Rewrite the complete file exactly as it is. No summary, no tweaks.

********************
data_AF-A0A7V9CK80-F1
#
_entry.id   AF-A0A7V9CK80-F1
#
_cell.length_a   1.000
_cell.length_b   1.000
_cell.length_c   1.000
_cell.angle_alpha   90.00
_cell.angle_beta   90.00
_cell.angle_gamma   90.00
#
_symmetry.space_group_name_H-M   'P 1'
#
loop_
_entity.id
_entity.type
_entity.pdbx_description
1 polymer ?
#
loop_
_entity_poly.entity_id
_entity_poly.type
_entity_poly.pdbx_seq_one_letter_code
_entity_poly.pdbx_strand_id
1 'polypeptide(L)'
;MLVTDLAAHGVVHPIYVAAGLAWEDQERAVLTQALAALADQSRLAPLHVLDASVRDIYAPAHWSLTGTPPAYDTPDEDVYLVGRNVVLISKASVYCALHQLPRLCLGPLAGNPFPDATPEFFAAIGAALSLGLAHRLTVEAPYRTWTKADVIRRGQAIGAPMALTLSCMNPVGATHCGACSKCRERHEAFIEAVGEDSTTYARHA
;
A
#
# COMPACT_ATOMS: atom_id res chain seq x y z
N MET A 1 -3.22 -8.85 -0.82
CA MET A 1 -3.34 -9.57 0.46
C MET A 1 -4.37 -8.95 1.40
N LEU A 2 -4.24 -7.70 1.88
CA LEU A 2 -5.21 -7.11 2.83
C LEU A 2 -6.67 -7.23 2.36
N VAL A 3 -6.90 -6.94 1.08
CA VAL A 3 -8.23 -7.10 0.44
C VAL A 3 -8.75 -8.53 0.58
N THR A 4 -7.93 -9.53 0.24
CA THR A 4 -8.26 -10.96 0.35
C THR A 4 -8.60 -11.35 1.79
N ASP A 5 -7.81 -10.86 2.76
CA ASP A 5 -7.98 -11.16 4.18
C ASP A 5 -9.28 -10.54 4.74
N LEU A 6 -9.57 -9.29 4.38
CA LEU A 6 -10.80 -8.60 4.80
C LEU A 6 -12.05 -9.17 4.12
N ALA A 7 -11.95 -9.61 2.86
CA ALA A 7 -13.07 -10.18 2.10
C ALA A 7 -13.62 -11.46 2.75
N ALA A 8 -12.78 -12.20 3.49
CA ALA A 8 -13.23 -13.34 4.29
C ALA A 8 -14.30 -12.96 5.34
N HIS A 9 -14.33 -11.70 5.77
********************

data_AF-A0A7V9CK80-F1
#
_entry.id   AF-A0A7V9CK80-F1
#
_cell.length_a   1.000
_cell.length_b   1.000
_cell.length_c   1.000
_cell.angle_alpha   90.00
_cell.angle_beta   90.00
_cell.angle_gamma   90.00
#
_symmetry.space_group_name_H-M   'P 1'
#
loop_
_entity.id
_entity.type
_entity.pdbx_description
1 polymer ?
#
loop_
_entity_poly.entity_id
_entity_poly.type
_entity_poly.pdbx_seq_one_letter_code
_entity_poly.pdbx_strand_id
1 'polypeptide(L)'
;MLVTDLAAHGVVHPIYVAAGLAWEDQERAVLTQALAALADQSRLAPLHVLDASVRDIYAPAHWSLTGTPPAYDTPDEDVYLVGRNVVLISKASVYCALHQLPRLCLGPLAGNPFPDATPEFFAAIGAALSLGLAHRLTVEAPYRTWTKADVIRRGQAIGAPMALTLSCMNPVGATHCGACSKCRERHEAFIEAVGEDSTTYARHA
;
A
#
# COMPACT_ATOMS: atom_id res chain seq x y z
N MET A 1 -3.22 -8.85 -0.82
CA MET A 1 -3.34 -9.57 0.46
C MET A 1 -4.37 -8.95 1.40
N LEU A 2 -4.24 -7.70 1.88
CA LEU A 2 -5.21 -7.11 2.83
C LEU A 2 -6.67 -7.23 2.36
N VAL A 3 -6.90 -6.94 1.08
CA VAL A 3 -8.23 -7.10 0.44
C VAL A 3 -8.75 -8.53 0.58
N THR A 4 -7.93 -9.53 0.24
CA THR A 4 -8.26 -10.96 0.35
C THR A 4 -8.60 -11.35 1.79
N ASP A 5 -7.81 -10.86 2.76
CA ASP A 5 -7.98 -11.16 4.18
C ASP A 5 -9.28 -10.54 4.74
N LEU A 6 -9.57 -9.29 4.38
CA LEU A 6 -10.80 -8.60 4.80
C LEU A 6 -12.05 -9.17 4.12
N ALA A 7 -11.95 -9.61 2.86
CA ALA A 7 -13.07 -10.18 2.10
C ALA A 7 -13.62 -11.46 2.75
N ALA A 8 -12.78 -12.20 3.49
CA ALA A 8 -13.23 -13.34 4.29
C ALA A 8 -14.30 -12.96 5.34
N HIS A 9 -14.33 -11.70 5.77